What YES Does

ERC residents
Residents of Eleanor Roosevelt Circle regularly meet with their on site Social Services Coordinator

By David Thompson

With your YES vote for Measure L, these low income seniors will get to stay and live in Davis. Otherwise, there are few places for them to go.

Davis Low Income Seniors are People by the Numbers

How many low income seniors will get a home in Davis?

This energy flowing through my senior years comes directly from the Davis Community through the Eleanor Roosevelt Circle, thank you. Davis is a uniquely qualified community to establish new models of senior housing. Please vote yes on Proposition L to house more seniors.”

Diane C. Evans, Davis

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Why I am not voting for Measure M

MBy long time Davis resident with strong ties to DJUSD.

I received yet another shiny flier in the mail yesterday regarding Measure M. It no doubt will pass and I take great backlash risk in stating the following: There is one measure you will NOT see on the ballot next week and that's the much discussed and debated parcel tax that would serve to increase Davis teachers' salaries.

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Disrespectful redface Halloween costume from the Yes on L/Yes on WDAAC campaign

Pocahontas
Yesterday, Jason Taormino posted the photo at the left from their setup in downtown for the Halloween walk, showing one of their volunteers dressed as Pocahontas.  Most people have heard of “blackface”, especially since Megyn Kelly recently had her NBC show cancelled over defending blackface as being “ok so long as you were dressing, like, as a character.”  So why does the Yes on L campaign think that it’s ok to dress in redface as Pocahontas?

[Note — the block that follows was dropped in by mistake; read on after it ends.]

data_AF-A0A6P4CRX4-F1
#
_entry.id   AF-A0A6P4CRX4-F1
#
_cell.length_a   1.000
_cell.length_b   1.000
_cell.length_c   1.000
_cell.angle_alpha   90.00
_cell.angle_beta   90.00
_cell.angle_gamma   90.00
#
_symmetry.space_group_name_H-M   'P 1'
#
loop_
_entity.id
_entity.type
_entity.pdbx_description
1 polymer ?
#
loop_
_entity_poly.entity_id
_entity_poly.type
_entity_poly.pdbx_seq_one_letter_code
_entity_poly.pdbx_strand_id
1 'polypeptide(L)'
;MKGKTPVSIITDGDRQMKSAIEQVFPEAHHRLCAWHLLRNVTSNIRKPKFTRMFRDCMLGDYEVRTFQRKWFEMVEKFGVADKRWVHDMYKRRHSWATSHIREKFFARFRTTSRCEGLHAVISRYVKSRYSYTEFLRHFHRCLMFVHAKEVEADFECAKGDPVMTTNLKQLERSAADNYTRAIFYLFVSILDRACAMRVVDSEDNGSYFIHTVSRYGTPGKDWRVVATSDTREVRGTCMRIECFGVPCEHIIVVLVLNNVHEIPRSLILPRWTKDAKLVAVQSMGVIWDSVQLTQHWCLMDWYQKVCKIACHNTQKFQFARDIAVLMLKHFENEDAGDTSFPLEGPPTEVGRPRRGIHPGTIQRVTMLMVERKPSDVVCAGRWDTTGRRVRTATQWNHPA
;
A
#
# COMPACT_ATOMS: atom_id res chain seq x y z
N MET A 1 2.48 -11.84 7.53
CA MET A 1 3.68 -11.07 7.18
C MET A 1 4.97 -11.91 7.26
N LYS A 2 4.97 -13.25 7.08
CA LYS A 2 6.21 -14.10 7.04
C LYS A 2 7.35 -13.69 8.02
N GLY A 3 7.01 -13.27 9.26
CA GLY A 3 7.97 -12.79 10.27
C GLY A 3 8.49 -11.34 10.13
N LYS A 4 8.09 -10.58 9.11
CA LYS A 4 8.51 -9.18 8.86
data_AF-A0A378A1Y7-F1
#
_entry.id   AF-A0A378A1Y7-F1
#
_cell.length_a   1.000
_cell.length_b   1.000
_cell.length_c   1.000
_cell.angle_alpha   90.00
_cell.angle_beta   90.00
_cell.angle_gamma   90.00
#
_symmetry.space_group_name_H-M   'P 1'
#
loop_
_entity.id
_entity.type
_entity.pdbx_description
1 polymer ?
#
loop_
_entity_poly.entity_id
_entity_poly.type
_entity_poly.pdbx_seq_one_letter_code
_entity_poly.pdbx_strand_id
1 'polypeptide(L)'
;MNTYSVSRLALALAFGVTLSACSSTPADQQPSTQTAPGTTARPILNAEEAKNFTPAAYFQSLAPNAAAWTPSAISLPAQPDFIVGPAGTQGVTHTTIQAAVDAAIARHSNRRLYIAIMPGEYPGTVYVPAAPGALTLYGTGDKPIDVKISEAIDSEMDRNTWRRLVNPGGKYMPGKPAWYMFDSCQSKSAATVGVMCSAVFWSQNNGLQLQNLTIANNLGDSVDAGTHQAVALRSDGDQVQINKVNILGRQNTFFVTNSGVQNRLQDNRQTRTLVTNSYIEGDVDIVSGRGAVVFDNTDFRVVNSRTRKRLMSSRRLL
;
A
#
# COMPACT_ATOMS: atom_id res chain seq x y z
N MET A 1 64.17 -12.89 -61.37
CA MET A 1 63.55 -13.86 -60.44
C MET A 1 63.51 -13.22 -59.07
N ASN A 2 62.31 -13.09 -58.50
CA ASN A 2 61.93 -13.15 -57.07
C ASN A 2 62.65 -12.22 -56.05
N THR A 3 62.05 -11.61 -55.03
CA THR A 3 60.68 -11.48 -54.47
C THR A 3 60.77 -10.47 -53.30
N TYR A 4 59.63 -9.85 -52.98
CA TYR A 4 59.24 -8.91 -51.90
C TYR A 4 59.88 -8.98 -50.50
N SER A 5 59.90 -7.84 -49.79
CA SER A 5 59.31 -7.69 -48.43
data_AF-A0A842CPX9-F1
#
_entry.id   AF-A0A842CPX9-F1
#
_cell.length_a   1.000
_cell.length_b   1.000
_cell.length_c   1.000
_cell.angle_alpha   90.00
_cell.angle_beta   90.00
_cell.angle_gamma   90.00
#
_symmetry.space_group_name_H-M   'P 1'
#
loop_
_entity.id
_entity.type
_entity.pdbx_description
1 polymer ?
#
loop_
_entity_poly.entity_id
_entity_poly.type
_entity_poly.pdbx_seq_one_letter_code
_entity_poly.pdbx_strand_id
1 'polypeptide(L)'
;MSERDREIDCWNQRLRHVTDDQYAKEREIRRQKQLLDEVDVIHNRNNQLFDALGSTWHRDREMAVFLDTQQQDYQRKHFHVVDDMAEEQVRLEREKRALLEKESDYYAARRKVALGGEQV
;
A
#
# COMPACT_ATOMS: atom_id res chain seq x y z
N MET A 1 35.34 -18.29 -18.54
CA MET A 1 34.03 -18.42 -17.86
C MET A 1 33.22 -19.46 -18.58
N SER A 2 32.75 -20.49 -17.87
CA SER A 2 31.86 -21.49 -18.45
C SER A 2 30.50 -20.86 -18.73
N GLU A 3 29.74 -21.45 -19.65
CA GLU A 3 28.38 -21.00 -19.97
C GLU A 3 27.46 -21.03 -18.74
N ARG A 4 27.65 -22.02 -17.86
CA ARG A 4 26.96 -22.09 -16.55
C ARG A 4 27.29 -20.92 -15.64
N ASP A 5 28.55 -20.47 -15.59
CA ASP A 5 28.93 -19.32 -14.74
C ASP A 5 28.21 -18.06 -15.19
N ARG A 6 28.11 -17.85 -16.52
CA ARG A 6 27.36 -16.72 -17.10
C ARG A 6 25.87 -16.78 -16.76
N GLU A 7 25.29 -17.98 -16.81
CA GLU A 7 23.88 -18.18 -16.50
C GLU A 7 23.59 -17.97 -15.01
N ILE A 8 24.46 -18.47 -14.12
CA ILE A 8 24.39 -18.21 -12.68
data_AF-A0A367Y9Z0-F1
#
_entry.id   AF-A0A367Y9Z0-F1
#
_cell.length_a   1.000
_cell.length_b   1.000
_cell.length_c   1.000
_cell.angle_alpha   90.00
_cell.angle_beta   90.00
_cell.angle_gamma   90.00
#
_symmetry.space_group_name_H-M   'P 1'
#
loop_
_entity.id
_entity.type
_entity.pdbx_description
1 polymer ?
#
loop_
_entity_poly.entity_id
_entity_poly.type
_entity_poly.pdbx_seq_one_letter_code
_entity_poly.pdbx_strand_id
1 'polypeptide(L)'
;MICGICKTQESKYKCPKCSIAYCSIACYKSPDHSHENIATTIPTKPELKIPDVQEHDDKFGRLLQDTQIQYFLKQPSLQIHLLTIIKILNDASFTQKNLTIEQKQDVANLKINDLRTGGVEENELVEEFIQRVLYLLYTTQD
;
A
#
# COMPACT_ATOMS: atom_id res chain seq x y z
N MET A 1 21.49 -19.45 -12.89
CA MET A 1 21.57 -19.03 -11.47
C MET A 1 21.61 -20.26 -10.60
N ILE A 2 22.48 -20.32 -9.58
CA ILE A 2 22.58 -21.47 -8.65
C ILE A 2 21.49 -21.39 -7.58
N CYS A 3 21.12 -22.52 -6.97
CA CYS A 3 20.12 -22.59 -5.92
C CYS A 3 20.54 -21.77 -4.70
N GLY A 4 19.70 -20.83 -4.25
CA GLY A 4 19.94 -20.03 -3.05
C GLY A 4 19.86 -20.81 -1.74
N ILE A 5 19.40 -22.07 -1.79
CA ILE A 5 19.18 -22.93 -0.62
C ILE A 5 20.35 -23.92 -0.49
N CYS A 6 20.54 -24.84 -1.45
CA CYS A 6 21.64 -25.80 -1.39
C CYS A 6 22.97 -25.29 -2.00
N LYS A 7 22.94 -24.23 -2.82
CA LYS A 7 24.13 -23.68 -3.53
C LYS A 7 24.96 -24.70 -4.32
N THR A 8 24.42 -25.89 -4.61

People have been rightly and roundly criticized for dressing in redface before.  A student at Oklahoma university was pilloried for dressing in redface, with the recognition that a costume like that is “deeply disrespectful to the Native American community.”  Stephanie Fryberg, a Professor of Psychology and American Indian Studies at the University of Washington, as quoted in an article from Indian Country Today, asks, “Why are issues for Native people taken as less serious in the domain of bias and stereotyping and prejudice than for African Americans, why is there this difference?”

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Much of WDAAC will be on “Prime Farm Land” as Classified under the Yolo County Agricultural Conservation and Mitigation Program

Another “Untruth” by the Yes on Measure L Campaign

By Alan Pryor and Pam Nieberg

INTRODUCTION

The Yes on Measure L campaign has been falsely characterizing the soils on which the WDAAC project is to be built as “unproductive” or “low quality alkaline soils solely used for winter animal feed crops”. Their most recent mailer contained the following graphic:

Wdaac-soils-1

These claims are demonstrably untrue. In fact, the soil is suitable for a variety of human crops as characterized by the Yolo Co Agricultural Conservation and Mitigation Program. In summary, according to the EIR certified by the City Council, the lower approximately 50% (36.2 acres) of the site is Brentwood clay loam. Approximately a third of the soils (26.75 acres ) on the site directly above the Brentwood soils are Marvin silty clay. Above that are Willows clay (11.44 acres), and only a tiny piece (0.56 acres) in the upper north west piece of the site is Pescadero silty clay/saline-alkaline.

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Healing Service of Solidarity

Healing 2Tuesday, October 30th from 6pm-7pm
Location: Congregation Bet Haverim, 1715 Anderson Rd

Celebration of Abraham, Hillel at Davis and Sacramento, and Congregation Bet Haverim will coordinate a community-wide service of healing and solidarity. This is a sacred gathering to lift up our prayers through song and spoken word, with the focus on healing and unity.

If you have questions, please contact: Rabbi Greg Wolfe
Email: rabbi@bethaverim.org
Phone: (530) 758-0842

Facebook event here: https://www.facebook.com/events/2235174793160887/


Send the West Davis Active Adult Community Plan Back to the Drawing Board.

WestdavisLet’s Meet the City’s Real Internal Housing Needs, Including for Low-Income Seniors